Do You Want Money or Love? Direct Response vs. Brand Marketing (Part 1)

Dick Talens
15 Mar
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Anyone will tell you the importance of building a strong brand; the same goes for importance of increasing revenue.

But what if you had to pick between the two?

Whether you know it or not, you do.

There’s a tradeoff between love (brand) and money (direct response)

This isn’t to say that you can’t have both in the long run. Fame and fortune are two sides of the same coin.

But at the marginal level–individual ads, campaigns, landing pages, etc–a necessary trade off happens because of the tension between two types of marketing: brand and direct response.

Here, you’ll learn:

  • The difference between brand and direct response marketing
  • Their pros and cons, as well as how to pick between the two

But first, we’re going to introduce a real-life example that we’ll refer to throughout this post.

Ironically has nothing to do with digital marketing. Or so it would seem (cue foreshadowing music).

Few people have less brand equity than this guy.

If you’ve ever been to New York City, you’ll recognize this image. Feel free to skip the explanation of who this person is.

This is one of dozens of ticket sellers at Times Square at all times of day who will approach you to buy tickets to a comedy show.

They’re aggressive in their pitch; they’re not afraid to get in your face with pressure tactics. If someone doesn’t like them, they just move on to the next person.

In all fairness, they’re just doing their job. But it would probably be a fair statement to say they’re highly disliked by anyone who recognizes their occupation.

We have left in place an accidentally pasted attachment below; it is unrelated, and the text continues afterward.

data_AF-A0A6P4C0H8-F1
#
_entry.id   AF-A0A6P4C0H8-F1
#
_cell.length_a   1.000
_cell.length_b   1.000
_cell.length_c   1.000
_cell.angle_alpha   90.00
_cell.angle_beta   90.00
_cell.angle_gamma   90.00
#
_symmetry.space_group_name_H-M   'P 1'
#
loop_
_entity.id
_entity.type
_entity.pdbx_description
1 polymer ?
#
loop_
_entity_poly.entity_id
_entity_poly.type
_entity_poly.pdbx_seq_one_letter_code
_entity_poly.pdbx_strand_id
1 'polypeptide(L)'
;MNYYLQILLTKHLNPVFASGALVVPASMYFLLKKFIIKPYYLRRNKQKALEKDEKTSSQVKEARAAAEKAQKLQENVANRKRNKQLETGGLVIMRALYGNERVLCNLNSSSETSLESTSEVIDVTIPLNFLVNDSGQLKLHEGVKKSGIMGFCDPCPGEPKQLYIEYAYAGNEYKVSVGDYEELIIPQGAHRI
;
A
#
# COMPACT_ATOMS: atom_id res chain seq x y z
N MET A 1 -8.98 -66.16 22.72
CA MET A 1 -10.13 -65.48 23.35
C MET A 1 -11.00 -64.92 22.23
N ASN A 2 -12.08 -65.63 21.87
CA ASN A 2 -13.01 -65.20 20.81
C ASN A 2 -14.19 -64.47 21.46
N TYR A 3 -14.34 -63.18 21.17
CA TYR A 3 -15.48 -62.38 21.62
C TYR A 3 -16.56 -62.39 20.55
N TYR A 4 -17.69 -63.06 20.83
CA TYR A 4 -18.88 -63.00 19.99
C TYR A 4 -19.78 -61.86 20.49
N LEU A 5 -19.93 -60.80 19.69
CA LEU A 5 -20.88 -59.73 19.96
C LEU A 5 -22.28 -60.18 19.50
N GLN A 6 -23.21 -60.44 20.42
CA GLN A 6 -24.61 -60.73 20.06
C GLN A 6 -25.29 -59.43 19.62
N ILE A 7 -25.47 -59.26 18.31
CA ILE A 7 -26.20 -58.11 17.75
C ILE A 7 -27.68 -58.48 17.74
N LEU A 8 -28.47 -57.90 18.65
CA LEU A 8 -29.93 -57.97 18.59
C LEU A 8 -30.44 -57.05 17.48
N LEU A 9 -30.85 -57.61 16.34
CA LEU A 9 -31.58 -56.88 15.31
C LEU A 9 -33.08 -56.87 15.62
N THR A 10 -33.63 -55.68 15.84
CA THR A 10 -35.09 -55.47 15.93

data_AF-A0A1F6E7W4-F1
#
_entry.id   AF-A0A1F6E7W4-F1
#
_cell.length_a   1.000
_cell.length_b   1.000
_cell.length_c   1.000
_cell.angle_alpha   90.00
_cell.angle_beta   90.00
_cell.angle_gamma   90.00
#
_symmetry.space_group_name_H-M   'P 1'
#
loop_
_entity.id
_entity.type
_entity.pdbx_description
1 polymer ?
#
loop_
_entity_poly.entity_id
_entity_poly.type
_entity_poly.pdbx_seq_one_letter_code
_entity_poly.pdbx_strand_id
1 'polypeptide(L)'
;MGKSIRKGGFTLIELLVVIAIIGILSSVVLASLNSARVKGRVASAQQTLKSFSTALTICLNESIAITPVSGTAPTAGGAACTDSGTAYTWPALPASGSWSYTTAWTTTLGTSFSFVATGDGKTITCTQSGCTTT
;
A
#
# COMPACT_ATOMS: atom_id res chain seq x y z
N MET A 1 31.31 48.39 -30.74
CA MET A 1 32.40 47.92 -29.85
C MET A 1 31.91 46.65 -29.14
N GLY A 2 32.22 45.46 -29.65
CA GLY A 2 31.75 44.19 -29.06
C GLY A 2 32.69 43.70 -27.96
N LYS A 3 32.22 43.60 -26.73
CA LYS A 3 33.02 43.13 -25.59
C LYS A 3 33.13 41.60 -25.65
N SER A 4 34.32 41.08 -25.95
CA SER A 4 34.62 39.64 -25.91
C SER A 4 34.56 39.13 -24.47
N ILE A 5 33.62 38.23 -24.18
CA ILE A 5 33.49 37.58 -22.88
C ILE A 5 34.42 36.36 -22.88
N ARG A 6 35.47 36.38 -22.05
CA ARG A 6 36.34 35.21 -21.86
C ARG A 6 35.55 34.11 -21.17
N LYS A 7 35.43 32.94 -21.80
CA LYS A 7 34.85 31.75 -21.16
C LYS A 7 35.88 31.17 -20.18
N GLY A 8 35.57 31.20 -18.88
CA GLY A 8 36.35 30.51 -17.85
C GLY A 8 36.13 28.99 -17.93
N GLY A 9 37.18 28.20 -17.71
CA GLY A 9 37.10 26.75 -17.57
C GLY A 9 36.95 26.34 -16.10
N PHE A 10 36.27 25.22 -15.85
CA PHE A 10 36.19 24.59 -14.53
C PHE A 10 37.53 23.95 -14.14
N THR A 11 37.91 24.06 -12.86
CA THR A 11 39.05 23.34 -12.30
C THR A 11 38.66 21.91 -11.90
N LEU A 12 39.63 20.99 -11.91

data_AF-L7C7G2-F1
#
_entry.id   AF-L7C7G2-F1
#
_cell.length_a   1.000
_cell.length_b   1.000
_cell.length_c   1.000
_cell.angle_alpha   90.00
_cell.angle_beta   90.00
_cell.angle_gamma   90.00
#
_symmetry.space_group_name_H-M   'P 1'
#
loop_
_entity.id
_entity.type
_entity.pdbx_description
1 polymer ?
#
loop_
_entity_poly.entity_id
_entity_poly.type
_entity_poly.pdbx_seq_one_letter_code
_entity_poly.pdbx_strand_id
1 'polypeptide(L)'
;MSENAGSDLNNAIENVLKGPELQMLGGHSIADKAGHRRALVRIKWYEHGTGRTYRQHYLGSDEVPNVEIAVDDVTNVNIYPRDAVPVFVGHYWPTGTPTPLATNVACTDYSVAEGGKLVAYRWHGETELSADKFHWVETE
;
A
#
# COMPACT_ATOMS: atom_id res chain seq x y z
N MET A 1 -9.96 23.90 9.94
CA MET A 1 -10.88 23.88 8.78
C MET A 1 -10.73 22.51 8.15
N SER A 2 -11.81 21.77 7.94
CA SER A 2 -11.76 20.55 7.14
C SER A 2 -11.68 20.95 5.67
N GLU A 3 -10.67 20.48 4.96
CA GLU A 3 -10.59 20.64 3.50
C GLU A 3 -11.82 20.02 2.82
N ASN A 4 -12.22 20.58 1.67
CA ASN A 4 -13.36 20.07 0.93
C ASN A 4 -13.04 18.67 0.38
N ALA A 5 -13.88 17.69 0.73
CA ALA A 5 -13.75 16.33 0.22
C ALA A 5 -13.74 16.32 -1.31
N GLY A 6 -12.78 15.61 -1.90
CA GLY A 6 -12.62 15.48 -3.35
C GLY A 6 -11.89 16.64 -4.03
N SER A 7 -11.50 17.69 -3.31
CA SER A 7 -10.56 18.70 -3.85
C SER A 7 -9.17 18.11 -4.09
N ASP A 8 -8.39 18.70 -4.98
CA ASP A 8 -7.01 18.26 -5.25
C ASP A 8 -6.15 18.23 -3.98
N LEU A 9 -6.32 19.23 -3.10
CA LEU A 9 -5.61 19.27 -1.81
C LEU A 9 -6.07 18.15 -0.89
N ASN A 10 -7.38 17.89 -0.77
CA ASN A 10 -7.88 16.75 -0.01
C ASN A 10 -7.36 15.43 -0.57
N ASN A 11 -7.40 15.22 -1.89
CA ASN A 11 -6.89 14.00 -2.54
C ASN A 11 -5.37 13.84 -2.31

At this point, you might be wondering how this relates to digital marketing.

It’s because long before the Internet, this person was the original popup ad.

Brand vs. Direct Response

Pretend you’re the general manager of a comedy show in Times Square, where hundreds of thousands of tourists walk by daily.

Your job is to grow your show’s business using your ten real-life sales minions.

You can pick between one of the following tactics for them to follow:

  • “Go up to people who look like they’re not in a hurry. Ask for permission to tell them a joke. Tell it, then walk away in hopes that they’ll remember our show and eventually buy tickets.
  • “Approach as many people as possible. Move on if they’re not interested. Aggressively get them to buy tickets ASAP if they are.

The first tactic represents pure brand marketing whereas the second represents pure direct response Marketing.

Brand Marketing focuses on building a long-term relationship with potential customers by increasing awareness, loyalty, and trust–even if that means spending time and money now without seeing anything in return.

Direct Response Marketing focuses on encouraging potential customers to take some action now in order to maximize your objective, such as increase sales.

They’re two opposite things. Why?

You can’t get someone to take action now without being at least a little bit pushy, which will take away from some level of trust. Similarly, if you truly only care about a relationship with a customer over the long term, you can’t ask them for anything now.

That is to say, you can maximize love (i.e. brand) or maximize money (i.e. conversions), but you can’t maximize both.

The maximum level of effectiveness in each category is constrained to the green line.

Fortunately, you can get some levels of each and meet somewhere in the middle.